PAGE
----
Buddha's little helper

Martin Scorsese's rendering of the young Dalai Lama's life is eye-popping and compassionate.

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In the last third of his career, filmmaker Martin Scorsese has used celluloid almost entirely for charting messianic figures and characters beset by wicked forces. From that standpoint, his new feature, Kundun, about the early life and exile of the 14th Dalai Lama, makes perfect karmic sense.

Indeed, the life story of Tenzin Gyatso seems made to order for one of the director's personal themes, with its dynamic of internal conflict in the face of tremendous odds. But with one exception: Tenzin Gyatso is from rural Tibet, and at 2 years of age was recognized as the 14th reincarnation of the Buddha of Compassion. What does Scorsese, a cineast scripter of usually ultraviolent tales of American squalor and redemption, have in common with Buddhist Tibet?

Apparently, just enough. Kundun follows Bertolucci's model in chronicling the epic exploits of a foreign people, but begins in a rather humble setting, that of a simple family feeding and nurturing the leader-to-be. And although the scope of the film is enormous and Scorsese's cinematography abnormally sumptuous from frame to frame, this is basically a simple story simply told.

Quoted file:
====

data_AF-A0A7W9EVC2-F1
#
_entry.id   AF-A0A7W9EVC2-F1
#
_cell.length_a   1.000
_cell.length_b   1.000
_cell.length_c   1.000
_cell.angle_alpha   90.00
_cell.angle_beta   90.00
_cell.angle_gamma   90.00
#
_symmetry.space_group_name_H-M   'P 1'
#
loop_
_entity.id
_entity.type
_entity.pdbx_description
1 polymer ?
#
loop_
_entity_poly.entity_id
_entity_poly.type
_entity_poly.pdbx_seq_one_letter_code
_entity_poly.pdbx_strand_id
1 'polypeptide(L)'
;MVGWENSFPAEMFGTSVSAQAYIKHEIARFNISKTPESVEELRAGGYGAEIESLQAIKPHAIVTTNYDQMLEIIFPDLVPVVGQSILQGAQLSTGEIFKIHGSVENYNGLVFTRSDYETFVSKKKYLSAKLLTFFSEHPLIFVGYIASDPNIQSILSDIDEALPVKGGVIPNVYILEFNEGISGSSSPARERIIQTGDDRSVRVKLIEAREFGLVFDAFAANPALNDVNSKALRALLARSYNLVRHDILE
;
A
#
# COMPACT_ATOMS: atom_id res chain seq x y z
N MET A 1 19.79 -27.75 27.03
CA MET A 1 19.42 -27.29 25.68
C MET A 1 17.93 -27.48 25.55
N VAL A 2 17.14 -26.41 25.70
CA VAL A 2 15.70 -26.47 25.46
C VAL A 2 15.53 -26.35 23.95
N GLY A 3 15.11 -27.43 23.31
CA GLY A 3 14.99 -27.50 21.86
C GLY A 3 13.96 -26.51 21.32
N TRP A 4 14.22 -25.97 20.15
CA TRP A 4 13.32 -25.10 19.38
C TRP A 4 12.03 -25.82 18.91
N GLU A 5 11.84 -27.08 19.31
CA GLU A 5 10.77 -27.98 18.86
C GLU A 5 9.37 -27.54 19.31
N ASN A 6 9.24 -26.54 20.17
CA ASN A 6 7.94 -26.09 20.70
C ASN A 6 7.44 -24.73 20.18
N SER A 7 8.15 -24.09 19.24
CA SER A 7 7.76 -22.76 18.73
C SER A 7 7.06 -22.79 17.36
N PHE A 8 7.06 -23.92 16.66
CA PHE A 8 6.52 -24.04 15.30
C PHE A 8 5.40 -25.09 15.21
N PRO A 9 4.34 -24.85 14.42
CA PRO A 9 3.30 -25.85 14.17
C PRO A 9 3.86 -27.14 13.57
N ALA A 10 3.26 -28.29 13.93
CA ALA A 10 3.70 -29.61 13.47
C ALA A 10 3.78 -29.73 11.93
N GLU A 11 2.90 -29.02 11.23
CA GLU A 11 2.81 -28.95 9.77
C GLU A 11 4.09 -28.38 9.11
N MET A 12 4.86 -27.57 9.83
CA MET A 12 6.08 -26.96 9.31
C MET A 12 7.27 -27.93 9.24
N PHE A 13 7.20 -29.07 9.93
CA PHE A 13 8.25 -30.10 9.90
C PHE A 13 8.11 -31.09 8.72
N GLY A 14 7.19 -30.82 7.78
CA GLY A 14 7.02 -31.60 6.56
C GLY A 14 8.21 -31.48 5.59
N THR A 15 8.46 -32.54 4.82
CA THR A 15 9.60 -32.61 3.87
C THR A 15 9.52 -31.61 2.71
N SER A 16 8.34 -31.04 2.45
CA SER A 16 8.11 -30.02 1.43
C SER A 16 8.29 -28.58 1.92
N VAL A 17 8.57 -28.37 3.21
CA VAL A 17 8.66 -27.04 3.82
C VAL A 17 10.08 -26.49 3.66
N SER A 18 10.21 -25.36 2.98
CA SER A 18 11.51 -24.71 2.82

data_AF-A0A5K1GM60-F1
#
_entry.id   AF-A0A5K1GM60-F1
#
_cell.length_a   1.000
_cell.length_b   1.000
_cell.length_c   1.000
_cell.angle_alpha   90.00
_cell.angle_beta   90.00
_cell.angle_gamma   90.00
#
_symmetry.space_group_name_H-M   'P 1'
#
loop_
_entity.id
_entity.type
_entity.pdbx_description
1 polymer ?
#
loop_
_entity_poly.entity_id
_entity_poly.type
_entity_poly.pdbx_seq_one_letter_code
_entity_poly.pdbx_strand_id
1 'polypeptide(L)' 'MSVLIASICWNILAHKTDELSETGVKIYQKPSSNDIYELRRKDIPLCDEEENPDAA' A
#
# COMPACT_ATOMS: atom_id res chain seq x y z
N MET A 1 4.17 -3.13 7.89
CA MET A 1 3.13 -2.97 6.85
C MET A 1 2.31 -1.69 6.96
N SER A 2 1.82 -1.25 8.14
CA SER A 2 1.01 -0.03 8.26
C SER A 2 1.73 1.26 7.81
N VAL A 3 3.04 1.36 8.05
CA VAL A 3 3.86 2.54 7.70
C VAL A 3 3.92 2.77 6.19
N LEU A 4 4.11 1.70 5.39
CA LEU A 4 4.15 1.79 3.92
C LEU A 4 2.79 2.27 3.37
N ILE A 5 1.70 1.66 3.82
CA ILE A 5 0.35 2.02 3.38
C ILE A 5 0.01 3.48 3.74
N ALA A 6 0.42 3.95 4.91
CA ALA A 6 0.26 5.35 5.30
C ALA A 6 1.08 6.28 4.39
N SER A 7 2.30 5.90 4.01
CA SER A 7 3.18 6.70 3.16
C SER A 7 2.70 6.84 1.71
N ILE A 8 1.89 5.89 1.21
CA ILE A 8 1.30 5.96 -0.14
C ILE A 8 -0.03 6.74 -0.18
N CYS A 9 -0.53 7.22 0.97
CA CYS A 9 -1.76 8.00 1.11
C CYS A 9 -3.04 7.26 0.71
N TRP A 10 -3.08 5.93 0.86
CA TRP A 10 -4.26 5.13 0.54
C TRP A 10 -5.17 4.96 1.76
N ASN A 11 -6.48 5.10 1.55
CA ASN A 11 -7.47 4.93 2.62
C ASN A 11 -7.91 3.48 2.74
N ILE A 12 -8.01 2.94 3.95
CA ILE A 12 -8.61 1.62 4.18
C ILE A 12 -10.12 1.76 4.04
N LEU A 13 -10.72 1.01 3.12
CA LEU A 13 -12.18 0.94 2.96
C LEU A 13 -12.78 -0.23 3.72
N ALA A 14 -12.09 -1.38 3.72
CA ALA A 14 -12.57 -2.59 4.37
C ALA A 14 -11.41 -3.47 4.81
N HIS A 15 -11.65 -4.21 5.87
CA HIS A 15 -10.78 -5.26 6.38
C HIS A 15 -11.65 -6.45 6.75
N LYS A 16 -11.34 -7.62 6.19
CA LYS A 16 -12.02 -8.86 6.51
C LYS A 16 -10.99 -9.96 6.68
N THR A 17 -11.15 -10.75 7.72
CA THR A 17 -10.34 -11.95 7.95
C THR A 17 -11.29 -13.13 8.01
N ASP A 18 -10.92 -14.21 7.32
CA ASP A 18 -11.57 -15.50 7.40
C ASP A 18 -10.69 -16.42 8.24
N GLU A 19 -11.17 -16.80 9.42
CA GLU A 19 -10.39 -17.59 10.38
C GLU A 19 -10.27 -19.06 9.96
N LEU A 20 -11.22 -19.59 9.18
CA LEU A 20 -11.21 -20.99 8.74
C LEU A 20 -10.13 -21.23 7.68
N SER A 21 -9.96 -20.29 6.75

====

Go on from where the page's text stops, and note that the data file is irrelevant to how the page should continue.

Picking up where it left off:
Tenzin the tyke is playful yet noble, as illustrated early in the film when he pulls apart two fighting scarab beetles, demonstrating an innate temperament for nonviolence. When Tenzin accepts his lineage and the tools that go with his political and religious standing, the ensuing scenes are dazzling and grand. Scorsese's shots practically gleam compassion. His long takes in the Potala Palace and of all its principals capture the serenity of Buddhist chants with an ease that belies Scorsese's outsider status.

By the Dalai Lama's 15th birthday, the Communist army of Chairman Mao had claimed Tibet as a part of China. Interestingly, Scorsese follows Melissa Mathison's script in laconic fashion, imparting little dramatic tension to the proceedings. Still, actor Tenzin Thuthob Tsarong is magnificent, and when he meets Robert Lin's Mao Tse-tung, theirs is a crossroads of exaltation and duplicity.

In struggling to comprehend Scorsese's 18th feature, numerous pundits have confusedly compared and contrasted it with The Last Temptation of Christ's basic tale of transcendence. That is a big part of it, but Scorsese's triumph here is one of steady perseverance, a metronomic narrative depicting a people's abiding struggle.

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